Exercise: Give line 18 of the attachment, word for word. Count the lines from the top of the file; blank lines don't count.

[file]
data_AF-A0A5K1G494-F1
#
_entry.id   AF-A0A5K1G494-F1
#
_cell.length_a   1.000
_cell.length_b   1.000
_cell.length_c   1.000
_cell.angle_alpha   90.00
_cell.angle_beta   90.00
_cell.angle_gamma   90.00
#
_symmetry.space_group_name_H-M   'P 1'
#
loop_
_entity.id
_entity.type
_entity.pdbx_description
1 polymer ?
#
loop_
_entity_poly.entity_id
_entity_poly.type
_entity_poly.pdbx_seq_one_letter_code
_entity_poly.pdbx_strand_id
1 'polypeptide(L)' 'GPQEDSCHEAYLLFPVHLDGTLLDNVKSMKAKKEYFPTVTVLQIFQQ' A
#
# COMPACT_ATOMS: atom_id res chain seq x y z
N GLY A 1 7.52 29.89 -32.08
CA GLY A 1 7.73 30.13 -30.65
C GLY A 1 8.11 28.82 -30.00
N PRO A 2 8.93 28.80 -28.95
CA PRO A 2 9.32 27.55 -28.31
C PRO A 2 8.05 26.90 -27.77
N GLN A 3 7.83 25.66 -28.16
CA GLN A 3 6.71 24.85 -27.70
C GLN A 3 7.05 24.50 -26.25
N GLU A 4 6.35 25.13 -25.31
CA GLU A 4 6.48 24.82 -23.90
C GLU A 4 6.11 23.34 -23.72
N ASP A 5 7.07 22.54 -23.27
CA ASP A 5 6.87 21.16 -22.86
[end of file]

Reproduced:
1 polymer ?